SEVENTY-EIGHT reminded me of the one of my father’s that I SAT on and broke – Perry Como’s ‘Magic Moments’ – fortunately he didn’t give me SIX OF THE BEST perhaps because it was his fault for leaving the disc on the seat of the armchair….

    Thanks for the enjoyably entertaining blog Cedric, and to Noel/Alfie/whoever you are!

  24. Cracking puzzle, completed on the tarmac waiting for my delayed flight to move. (Spoiler alert – it still hasn’t.)

    Really enjoyed both EXPLOSION and SIX OF THE BEST. I was baffled by NOT UP, thanks for the explanation Cedric. I had entered “not on”, then scrubbed out the “on”, then scrubbed out the “ot” as well and waited for all the checkers!

    Top puzzle, top blog, the weekend starts well. Many thanks both. Done in 10:28 for 1.25K and a Good Day.


  25. I’d NHO NOT UP either, but the crossers and wordplay made it inevitable. NESSIE was FOI. Liked EXPLOSION and SIX OF THE BEST. Was certainly a 13a crossword. SAT was LOI. 11:15. Thanks Noel and Cedric.

  26. Slow but got there in the end – 17:14. As it was Noel (as Jack suggests, it could be another of RR’s aliases?) I looked for a nina and got EYES in the middle and various numbers, and no J or Q, so really none the wiser till I came here!
    I wonder how our esteemed editor selects his pseudonyms for different puzzles?
    I didn’t know NOT UP but it couldn’t be anything else. DISENTOMB was a brilliant hidden and SIX OF THE BEST was close to being my COD, but I’m afraid the lols won that contest 😅
    FOI Estates LOI Not up COD Explosion
    Thanks Noel and Cedric for another very interesting blog

  27. Very slow start but picked off odd clues around the grid and did eventually finish. Didn’t know NOTUP but it worked from parsing. Stuck on 7d for sometime because having seen ‘view’ I wrote in ‘sight’ for second part of answer. Thanks Noel and Cedric.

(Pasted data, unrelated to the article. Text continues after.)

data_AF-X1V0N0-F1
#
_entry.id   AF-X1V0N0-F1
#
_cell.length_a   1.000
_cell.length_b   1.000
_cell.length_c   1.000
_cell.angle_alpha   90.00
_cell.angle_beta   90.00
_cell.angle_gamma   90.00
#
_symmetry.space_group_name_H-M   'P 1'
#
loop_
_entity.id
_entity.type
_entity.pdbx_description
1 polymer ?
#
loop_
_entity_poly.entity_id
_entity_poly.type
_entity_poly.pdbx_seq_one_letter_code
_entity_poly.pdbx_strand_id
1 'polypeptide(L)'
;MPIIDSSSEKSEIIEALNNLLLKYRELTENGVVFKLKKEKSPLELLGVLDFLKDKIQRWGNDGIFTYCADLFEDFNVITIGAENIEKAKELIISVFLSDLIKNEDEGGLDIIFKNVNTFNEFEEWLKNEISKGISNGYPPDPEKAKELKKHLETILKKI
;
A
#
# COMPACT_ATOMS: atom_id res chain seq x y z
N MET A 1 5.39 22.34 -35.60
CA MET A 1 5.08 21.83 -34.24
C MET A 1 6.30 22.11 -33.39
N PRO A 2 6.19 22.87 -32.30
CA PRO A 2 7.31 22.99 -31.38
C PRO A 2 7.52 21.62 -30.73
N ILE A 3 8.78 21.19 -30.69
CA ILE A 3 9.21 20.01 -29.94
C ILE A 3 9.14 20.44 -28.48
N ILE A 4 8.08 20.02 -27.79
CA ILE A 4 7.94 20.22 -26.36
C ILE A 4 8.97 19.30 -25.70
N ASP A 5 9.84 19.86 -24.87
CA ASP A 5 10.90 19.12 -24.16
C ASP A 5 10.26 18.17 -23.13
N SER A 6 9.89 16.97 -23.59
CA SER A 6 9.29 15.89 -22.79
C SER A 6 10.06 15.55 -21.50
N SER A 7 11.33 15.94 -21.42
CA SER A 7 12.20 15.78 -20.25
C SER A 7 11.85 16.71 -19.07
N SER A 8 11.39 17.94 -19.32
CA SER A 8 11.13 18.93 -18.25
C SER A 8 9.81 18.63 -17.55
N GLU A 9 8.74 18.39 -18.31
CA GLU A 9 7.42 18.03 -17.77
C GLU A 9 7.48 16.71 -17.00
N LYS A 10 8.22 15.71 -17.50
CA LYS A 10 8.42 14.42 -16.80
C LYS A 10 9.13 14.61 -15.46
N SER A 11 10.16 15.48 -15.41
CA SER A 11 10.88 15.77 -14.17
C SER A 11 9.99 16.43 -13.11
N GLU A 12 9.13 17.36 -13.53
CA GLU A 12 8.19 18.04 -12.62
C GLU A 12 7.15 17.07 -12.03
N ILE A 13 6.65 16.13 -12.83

28. 15:57 here, slightly over target, but an enjoyable puzzle for a Saturday morning. COD to TWENTY-THREE. I think I remember “not up” being used by volleyball umpires.

    Thanks to Cedric and Noel.

    1. I played and coached National League for many years and did my share of officiating. I have a Level I qualification for it which I took under the eye of Jeff Brehaut – who refereed two Olympic Beach Volleyball finals as well as many international matches.

      The officials are “referees” who just blow their whistle and make a hand signal. There is no verbal communication unless the captain wants to talk to them about something specifically. I don’t recall there being a “not up” signal, the rally simply ends the moment the ball is deemed to have touched the court.

      That said, it may well have been played how you say in lower leagues or friendly matches. But they’re still not umpires!!

  29. My first Saturday comments here as I normally stick to the 15×15 which takes me a long time normally. An easier than average 15×15 and not much sport today, so I gave this a go.
    Done in 15:04 with a slow start and fast finish. LOI ESTATES.
    A good challenge.

  30. All green in 27 minutes while having dinner so only semi-concentrating. NESSIE my LOI. Definitely harder than a normal quickie.

  31. Had to squint at bit at some of these clues, as well as write a few out, before I could see the solutions. This gave it a very different flavour but it was all fair enough. A nice change!
    FOI 1a nonentities
    LOI 17a Eat
    COD 10a Explosion
    Still holding Sawbill for Sunday!

  32. Interesting that you chaps, who are so well informed about e.g. cricket, haven’t heard of NOT UP. I seldom played the kind of tennis that required umpires, but one would just admit to Not Up if the ball bounced twice.

    1. Dare I say us chaps tend to be quick enough round the court that the ball rarely bounces twice … 😜

  33. 17.06 Away yesterday so late to this. I’d NHO NOT UP, but the wordplay was clear. NOMINATOR was the trickiest to parse so I left it until I’d finished. EAT was LOI. Good fun. Thanks Cedric and Noel.

Comments are closed.